As we age, our bones lose density, becoming more porous and prone to fractures over time. And we know that getting enough calcium and staying active can help stave off those losses and keep our bones healthy and strong for longer. But a pair of new studies highlight the importance of building bone strength early on in childhood — and the surprising correlation between bone density and access to green spaces.
Researchers in the Netherlands and Belgium followed 327 mother-child pairs, from birth for four to six years. Data was collected on demographics, lifestyle, diet, location, screen time, and socioeconomic factors. The study found that children who lived near green spaces (within a kilometer), including both open spaces and spaces with trees, had higher bone density than children who did not live near green spaces. The research team hypothesized that nearby green space increases the likelihood of physical activity like walking, jogging, skipping, or running — in other words, physical play.
“[T]his study highlights the urgent need to raise awareness among policy makers on the importance of conserving and expanding residential green spaces to maximize bone mineral density during crucial periods of growth and development,” the authors wrote. “The promotion of such preventive strategies might decrease fracture and/or osteoporosis risk later in life.”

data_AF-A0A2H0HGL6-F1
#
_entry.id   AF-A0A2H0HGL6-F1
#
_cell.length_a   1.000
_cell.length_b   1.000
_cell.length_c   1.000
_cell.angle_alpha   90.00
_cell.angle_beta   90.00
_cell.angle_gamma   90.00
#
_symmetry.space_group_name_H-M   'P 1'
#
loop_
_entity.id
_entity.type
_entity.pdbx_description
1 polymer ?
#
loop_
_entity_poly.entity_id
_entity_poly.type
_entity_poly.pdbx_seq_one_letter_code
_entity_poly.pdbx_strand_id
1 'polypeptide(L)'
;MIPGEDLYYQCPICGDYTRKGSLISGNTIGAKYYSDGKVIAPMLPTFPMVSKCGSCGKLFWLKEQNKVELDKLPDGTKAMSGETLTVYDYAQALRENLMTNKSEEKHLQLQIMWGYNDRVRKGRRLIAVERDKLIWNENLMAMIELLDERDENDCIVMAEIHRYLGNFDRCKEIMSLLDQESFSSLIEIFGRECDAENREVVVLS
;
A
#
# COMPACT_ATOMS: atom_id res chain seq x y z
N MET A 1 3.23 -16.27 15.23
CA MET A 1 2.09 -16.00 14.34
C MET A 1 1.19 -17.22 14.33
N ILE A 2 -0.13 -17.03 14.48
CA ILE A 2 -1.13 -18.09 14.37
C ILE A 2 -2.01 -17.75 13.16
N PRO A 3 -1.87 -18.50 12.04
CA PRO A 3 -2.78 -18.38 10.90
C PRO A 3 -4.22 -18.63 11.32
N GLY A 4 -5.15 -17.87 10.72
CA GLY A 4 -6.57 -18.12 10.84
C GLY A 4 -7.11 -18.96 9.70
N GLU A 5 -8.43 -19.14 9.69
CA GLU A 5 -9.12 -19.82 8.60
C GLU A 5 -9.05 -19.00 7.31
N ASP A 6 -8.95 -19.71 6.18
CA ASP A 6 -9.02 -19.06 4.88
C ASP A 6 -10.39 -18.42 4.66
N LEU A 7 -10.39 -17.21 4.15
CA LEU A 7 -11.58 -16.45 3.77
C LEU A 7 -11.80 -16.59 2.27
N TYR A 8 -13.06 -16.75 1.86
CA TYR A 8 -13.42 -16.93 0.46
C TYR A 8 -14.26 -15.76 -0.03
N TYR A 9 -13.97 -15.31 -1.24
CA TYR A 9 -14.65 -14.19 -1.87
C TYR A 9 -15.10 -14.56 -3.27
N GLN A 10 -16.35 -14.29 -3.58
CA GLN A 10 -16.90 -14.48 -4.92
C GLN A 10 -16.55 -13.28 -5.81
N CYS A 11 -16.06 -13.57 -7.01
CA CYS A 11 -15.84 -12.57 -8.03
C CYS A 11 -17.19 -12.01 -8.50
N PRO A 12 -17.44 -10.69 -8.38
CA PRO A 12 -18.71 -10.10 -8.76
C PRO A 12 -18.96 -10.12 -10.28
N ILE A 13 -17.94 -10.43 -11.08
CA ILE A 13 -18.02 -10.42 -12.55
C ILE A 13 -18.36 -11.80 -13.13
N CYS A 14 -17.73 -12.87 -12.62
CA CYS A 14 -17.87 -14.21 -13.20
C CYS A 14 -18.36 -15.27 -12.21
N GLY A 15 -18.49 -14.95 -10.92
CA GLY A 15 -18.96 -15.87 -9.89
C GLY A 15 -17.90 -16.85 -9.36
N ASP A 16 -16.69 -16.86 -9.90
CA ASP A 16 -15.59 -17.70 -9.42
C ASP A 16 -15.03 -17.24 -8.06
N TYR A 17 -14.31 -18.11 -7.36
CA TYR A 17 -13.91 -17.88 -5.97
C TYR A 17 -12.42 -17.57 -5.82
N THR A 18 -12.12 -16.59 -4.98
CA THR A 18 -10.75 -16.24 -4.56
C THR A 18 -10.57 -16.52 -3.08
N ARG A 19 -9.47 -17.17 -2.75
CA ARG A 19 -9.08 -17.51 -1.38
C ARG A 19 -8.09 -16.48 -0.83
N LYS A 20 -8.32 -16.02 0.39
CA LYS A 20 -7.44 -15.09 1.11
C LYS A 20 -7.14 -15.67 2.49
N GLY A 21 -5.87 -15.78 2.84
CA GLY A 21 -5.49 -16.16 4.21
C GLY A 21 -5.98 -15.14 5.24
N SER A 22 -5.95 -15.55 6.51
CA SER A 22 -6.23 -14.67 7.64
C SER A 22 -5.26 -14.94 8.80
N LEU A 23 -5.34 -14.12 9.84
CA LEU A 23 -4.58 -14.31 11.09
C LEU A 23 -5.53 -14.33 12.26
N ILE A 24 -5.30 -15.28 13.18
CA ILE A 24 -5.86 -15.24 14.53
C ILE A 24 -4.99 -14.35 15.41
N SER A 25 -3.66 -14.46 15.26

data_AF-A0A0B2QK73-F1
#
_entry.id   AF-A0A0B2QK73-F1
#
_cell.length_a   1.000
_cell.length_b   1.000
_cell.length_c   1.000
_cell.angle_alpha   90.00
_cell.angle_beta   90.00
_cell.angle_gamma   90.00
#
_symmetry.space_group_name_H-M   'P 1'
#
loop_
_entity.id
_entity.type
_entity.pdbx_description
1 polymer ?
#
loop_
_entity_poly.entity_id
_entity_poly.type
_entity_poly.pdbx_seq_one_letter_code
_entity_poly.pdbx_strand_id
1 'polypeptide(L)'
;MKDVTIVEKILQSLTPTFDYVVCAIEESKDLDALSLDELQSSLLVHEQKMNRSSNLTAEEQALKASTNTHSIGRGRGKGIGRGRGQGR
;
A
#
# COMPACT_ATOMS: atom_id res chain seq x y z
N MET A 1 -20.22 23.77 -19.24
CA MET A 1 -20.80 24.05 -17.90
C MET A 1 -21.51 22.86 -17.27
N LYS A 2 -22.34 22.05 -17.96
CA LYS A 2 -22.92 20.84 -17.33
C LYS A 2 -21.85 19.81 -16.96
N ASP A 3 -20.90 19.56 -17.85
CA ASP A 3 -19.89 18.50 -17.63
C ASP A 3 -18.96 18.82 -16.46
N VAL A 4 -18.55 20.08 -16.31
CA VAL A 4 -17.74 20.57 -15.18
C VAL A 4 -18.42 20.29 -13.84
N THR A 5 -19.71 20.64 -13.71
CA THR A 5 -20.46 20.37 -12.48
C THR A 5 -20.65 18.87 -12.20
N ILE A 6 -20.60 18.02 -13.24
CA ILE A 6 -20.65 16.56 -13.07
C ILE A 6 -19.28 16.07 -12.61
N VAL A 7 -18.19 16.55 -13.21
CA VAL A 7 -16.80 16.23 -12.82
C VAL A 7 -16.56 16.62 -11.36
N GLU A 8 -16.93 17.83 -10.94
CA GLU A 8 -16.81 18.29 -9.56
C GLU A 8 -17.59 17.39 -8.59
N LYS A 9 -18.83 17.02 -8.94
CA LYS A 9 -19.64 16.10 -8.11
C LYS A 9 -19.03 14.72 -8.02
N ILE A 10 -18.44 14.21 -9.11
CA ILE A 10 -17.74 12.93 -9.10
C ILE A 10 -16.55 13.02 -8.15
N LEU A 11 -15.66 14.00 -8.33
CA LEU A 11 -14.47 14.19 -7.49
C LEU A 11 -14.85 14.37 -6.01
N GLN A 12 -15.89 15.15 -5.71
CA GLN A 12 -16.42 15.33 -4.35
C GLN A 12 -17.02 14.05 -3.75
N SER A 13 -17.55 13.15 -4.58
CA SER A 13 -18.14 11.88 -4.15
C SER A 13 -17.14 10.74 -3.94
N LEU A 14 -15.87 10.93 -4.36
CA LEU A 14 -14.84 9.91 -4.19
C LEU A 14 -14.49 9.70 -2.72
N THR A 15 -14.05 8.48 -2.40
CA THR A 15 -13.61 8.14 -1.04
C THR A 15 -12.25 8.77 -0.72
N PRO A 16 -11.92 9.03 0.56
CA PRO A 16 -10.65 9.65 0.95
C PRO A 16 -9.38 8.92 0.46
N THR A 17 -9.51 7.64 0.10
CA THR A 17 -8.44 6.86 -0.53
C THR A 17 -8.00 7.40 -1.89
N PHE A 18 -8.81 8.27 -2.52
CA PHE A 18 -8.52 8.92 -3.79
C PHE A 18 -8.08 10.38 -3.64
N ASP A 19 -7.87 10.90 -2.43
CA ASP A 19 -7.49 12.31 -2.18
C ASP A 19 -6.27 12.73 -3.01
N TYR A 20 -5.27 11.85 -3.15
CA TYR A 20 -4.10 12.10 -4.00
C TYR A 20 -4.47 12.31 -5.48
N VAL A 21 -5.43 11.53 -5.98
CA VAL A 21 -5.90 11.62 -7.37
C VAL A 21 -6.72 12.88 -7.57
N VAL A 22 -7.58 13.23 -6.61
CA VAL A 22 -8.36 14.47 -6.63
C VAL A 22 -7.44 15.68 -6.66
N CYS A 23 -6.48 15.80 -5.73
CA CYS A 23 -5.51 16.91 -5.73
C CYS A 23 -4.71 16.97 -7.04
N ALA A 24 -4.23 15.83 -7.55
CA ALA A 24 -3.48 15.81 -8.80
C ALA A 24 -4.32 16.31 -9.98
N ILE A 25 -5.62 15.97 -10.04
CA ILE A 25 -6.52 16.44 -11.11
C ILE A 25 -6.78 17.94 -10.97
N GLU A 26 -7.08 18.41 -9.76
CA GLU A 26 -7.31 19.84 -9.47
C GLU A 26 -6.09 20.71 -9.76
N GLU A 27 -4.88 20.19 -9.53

The importance of outside play and access to green spaces in childhood is well established — a 2021 study that followed more than 27,000 kids in Vancouver found that kids who lived in greener areas tended to score higher on physical health and well-being, social competence, emotional maturity, language and cognitive development, and communication skills. However, the new research emphasizes something different: the importance of physical play for bone health in both young kids and adolescents.
In the other study, researchers at Juntendo University in Japan found that participation in youth sports was linked to a delay in the onset of osteoporosis later in life. The researchers examined data collected from 1,596 people between the ages of 65 and 84. They examined general fitness, density of the femoral neck and lumbar spine (two regions prone to fractures in older adults), and certain blood values related to bone density. Participants were also asked to report their participation in sports during their youth.
They found that women and men who reported playing basketball in adolescence had higher femoral neck bone density. Women who reported swimming or playing volleyball as teens had higher lumbar spine bone density. The team concluded that those who participated in “high impact” activities, even casually and not necessarily as part of an organized team, were more likely to have healthier bones when they aged.
Adults can slow bone loss by putting “stress on bones [to] stimulate extra deposits of calcium and nudge bone-forming cells into action,” in the words a Harvard study from 2021 — for parents, that means engaging in weight-bearing physical activity, such as power lifting and higher-impact aerobic exercise.
For kids, however, it’s all about physical play. Parents can set their kids up for healthier bones just by ensuring that they get outside and have fun, whether it’s the unstructured outdoor play of young kids or the organized athletic pursuits of older kids.